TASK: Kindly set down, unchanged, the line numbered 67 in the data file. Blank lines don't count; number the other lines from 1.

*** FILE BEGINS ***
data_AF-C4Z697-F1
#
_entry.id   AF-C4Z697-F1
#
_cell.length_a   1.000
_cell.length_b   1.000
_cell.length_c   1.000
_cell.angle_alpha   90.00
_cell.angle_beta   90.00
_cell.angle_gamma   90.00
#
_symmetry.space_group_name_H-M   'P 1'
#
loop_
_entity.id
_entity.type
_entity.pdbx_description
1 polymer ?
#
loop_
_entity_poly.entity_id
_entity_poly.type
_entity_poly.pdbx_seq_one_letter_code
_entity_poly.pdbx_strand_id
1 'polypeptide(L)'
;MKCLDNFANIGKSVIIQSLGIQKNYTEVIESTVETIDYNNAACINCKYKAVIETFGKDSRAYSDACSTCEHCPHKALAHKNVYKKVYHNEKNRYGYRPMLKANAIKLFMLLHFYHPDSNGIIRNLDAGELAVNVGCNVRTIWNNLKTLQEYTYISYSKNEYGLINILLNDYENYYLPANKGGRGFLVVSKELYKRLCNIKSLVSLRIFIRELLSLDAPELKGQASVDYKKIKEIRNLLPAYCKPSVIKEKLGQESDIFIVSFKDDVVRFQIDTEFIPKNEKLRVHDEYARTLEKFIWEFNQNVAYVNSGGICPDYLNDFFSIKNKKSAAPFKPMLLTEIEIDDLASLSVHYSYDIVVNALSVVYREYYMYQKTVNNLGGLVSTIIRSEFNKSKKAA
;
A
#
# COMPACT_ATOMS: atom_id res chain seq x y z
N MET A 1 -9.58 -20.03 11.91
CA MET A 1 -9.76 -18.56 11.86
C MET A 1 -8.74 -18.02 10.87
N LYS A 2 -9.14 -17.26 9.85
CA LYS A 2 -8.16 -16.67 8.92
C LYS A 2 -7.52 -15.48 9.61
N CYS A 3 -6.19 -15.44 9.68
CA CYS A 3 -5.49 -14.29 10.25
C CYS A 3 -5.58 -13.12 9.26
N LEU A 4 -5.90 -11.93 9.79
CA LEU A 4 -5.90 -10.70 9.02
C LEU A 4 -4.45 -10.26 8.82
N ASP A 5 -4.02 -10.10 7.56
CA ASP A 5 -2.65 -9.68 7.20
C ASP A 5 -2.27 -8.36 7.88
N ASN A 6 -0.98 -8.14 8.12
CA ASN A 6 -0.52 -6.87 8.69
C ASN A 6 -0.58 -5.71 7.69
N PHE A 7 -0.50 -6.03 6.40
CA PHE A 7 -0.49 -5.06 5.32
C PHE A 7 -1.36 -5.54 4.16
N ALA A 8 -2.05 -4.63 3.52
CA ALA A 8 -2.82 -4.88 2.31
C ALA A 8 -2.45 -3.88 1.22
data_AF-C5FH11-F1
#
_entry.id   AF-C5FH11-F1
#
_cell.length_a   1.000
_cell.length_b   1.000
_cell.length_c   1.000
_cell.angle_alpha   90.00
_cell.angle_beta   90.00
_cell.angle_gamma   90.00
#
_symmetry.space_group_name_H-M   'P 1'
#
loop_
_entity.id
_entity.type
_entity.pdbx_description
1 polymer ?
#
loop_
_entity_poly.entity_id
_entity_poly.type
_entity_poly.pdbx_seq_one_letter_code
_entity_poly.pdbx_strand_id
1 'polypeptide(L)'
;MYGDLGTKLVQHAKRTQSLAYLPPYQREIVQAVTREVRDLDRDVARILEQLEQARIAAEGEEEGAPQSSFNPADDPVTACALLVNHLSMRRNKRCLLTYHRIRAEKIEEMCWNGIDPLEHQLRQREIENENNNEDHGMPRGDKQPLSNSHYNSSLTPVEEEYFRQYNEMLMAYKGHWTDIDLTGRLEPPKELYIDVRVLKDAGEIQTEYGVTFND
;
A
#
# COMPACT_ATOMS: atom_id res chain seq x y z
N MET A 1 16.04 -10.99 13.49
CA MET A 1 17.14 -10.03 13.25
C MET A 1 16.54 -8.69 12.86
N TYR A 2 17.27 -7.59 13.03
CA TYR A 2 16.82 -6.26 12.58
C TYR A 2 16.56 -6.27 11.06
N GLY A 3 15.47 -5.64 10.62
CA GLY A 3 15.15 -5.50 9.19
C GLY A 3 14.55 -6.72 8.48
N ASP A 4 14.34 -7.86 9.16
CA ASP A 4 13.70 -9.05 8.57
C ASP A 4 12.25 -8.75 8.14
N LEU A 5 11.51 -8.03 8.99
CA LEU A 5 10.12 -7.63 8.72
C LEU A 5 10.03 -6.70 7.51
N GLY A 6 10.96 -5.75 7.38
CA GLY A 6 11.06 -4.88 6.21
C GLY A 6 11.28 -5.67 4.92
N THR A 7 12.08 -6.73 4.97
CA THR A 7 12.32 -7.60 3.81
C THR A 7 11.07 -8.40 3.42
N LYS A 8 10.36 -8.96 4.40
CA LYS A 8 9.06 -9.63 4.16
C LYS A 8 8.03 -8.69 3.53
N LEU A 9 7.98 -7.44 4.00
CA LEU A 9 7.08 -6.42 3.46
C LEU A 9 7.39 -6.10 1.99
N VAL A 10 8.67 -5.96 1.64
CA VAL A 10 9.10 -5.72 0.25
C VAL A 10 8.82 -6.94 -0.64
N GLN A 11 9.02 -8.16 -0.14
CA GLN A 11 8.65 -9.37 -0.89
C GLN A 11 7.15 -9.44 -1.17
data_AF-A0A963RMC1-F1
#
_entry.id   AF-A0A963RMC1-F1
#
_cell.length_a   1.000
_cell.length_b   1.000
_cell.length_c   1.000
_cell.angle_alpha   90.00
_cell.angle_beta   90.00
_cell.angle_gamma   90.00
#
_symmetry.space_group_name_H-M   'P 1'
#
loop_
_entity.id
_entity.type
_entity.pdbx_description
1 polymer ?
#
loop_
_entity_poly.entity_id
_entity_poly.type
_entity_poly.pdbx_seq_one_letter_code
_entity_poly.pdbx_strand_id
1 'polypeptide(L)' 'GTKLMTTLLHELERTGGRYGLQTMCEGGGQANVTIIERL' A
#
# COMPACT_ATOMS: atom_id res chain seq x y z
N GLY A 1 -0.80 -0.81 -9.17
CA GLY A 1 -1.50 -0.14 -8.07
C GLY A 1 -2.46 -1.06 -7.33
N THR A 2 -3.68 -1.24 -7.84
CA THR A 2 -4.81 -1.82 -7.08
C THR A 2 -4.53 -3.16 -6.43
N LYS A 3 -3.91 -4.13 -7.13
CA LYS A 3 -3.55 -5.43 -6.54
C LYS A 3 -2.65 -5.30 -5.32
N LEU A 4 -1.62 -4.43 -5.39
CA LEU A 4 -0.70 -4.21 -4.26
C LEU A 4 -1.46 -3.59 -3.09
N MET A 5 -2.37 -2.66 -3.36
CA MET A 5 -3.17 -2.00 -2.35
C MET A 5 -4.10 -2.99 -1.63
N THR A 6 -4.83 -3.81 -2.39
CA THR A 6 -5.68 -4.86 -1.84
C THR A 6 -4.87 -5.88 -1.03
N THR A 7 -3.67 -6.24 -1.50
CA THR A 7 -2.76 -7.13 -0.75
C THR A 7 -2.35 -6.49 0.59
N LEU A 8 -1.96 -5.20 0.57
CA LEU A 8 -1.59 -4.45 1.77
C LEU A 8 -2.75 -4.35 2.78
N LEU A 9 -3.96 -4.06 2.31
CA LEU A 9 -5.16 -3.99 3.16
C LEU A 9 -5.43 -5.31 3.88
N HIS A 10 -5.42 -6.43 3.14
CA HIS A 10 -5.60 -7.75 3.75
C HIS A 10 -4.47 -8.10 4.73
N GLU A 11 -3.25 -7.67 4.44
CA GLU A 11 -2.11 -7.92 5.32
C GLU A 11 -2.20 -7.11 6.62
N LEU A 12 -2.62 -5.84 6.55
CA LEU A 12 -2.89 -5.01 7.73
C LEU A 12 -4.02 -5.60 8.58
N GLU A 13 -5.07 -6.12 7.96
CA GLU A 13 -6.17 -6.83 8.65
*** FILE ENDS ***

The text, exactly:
#